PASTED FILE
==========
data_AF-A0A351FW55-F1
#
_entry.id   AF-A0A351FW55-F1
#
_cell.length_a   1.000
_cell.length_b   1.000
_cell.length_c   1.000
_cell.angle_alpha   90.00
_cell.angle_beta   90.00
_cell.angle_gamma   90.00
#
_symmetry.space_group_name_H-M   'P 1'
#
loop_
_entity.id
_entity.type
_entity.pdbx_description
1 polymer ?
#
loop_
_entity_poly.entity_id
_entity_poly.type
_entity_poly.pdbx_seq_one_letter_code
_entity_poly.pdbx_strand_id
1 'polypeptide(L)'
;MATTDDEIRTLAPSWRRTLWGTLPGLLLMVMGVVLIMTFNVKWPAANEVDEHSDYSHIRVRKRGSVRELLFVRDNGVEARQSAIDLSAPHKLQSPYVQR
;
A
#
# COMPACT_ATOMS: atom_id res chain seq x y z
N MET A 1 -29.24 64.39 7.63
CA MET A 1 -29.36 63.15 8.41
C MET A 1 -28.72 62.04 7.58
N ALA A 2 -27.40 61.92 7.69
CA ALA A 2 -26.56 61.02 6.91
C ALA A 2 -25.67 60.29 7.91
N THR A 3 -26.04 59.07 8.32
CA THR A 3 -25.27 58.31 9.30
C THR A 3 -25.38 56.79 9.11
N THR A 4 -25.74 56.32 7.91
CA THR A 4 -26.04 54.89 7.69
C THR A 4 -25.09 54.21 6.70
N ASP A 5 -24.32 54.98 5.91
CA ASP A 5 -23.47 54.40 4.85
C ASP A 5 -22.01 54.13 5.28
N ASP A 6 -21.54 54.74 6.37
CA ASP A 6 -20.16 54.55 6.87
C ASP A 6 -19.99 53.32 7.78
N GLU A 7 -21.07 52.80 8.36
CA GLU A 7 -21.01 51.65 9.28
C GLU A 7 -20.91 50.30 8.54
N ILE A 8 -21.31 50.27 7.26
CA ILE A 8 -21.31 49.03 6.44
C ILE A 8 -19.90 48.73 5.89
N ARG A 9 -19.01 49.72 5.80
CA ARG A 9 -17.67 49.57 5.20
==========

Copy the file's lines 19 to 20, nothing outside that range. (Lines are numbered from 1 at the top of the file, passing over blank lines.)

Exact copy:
#
loop_